Hi, Mike. My question for this month is, in regards to cold calling hiring managers to gain new search assignments, I find I struggle when I have an actual live person on the phone.  However, when I receive their voicemail, I’m not certain what to say and I feel I’m all over the place and inconsistent.  And I’m concerned that the messages I’m leaving leave the wrong impression.  What is your perspective on messages when prospecting for new businesses?  Should I ideally leave a message at all?  Could you provide me with some best practices examples?  Cori from Pittsburgh, PA

ANSWER: Leaving an MPC voicemail is something I like to do after a couple of email attempts, individually, to a hiring manager.   So, “Dear Cori…in a recent engaged search I uncovered an individual”–let’s say I’m marketing a salesperson—“that was 127.5% on quota last year with 82% new business development.  This person did this, this, this, and this.  This is the type of individual that if you are looking to expand your market, will require little or no effort as he thrives on business development.  Looking at your calendar, when is a good time to talk about this candidate in more detail?”–NOT “Are you interested?  Let me know if you are interested.”  I have then had some clients that have used a tool called Timetrade (www.timetrade.com), and you can say, “Access my schedule here to talk about this candidate in more detail.”  You can have 15 minute call blocks set up for these types of calls.  Or you can just say, if you do not want to do that, “Let me know what time is good to talk about this in more detail.”   

You are going to get a few types of response.  The rare response will be “Can you call me today at 10?”  The other response could be “Where is this person based?  What do they make?  Can you send me a resume?”  You do not want to answer all those because you are going to get into an email dialogue where you cannot build rapport.  You can email back saying “Great questions, happy to talk to you about this candidate in more detail.  Looking at your calendar, when is a good time to talk?”

My favorite technique was having a weak director, manager, VP, C-level search.  When I say “weak” maybe it is one of those 15%, 6 month, one-year money back guarantee, half the world’s working on it type of job order. However, it’s a valid reason to call someone.  So, I would call VP’s and say, “I have recently been engaged in a project, Mr. VP or Ms. VP, and I have no idea what your current career situation is.  Just thought I would talk to you quietly and confidentially about an opportunity that could be potentially stronger than your current assignment. What are your thoughts on that?”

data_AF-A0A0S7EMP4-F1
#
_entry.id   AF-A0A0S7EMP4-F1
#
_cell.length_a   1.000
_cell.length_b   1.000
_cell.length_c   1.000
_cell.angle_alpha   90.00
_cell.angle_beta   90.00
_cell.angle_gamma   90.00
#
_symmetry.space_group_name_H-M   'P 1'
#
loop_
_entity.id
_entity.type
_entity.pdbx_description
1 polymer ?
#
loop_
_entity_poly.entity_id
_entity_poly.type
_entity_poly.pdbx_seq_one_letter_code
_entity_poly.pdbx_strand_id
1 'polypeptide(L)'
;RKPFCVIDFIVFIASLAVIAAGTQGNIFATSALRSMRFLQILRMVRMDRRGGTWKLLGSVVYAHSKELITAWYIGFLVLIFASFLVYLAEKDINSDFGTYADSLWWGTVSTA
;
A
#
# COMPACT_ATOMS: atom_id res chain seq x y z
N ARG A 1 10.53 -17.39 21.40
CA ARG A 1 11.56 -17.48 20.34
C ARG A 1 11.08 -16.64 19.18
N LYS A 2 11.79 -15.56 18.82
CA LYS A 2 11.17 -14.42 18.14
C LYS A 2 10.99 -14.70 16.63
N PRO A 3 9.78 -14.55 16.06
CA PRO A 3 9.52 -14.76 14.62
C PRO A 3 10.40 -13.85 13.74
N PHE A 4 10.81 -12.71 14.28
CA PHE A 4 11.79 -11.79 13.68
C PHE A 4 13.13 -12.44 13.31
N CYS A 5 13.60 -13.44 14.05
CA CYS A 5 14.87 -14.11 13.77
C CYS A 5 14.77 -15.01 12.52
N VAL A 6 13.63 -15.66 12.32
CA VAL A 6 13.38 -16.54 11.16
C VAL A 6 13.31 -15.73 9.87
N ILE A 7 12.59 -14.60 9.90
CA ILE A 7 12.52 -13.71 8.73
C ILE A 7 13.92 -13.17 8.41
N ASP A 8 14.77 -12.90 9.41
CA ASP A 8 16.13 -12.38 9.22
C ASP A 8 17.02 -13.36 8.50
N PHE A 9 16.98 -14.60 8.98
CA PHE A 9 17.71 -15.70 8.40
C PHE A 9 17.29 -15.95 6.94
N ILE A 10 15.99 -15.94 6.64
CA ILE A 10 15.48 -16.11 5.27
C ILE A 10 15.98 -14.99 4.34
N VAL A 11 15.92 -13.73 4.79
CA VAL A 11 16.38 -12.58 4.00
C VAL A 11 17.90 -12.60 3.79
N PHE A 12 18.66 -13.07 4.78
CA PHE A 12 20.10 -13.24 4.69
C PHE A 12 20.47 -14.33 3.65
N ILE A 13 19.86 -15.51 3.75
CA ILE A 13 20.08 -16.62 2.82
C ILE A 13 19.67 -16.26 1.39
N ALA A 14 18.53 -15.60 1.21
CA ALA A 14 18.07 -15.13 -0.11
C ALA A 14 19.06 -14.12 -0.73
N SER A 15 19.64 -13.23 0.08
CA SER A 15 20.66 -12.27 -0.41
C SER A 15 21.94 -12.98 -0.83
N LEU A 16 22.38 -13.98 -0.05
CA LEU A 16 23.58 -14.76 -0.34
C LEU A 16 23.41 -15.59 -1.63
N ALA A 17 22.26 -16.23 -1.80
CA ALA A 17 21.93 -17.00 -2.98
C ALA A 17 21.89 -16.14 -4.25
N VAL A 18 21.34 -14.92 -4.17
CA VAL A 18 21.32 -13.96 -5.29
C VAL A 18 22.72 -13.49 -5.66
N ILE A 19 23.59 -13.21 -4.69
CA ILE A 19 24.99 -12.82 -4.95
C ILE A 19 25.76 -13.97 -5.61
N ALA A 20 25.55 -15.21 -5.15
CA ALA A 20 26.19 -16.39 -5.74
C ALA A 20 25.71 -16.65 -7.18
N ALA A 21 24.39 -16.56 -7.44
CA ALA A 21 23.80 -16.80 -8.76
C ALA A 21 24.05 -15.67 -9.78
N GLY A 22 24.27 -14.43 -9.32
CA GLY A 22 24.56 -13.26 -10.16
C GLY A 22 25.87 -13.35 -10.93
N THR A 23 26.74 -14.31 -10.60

Now, engaged means I agreed to the 15% and the one year money back guarantee.  Maybe I just did it verbally.  Engaged means hired.  The perception is retained and I will let them live with that perception bluntly.  You get into a really eloquent conversation for five to seven minutes about them and their career desires first.  Most candidates are not interested in your assignment because they are happy. With those candidates I actually do not want to push them to where they are unhappy.  And then I talk to them about something that transitions the call and say, “Sounds like things are going pretty well there?”  And I will get them to talk about all the things that make them happy and satisfied with their current company.  Next I say “Sounds like the timing of my call isn’t good for you right now,”—that is a good transition and inflection point.  “Unlike a lot of the recruiters that place VPs of Sales,”–VPs of Engineering or whatever it is—“I also build the teams underneath them. As a matter of fact, our firm does not find the $20,000-25,000 fees associated with those levels insulting, like a lot of the other retained firms do. And my question to you, Mr./Ms. Hiring Manager is, ‘What do I have to do to earn the right to help you build your team?’”

Now you have two specific techniques you can use specifically to consistently market and get new clients!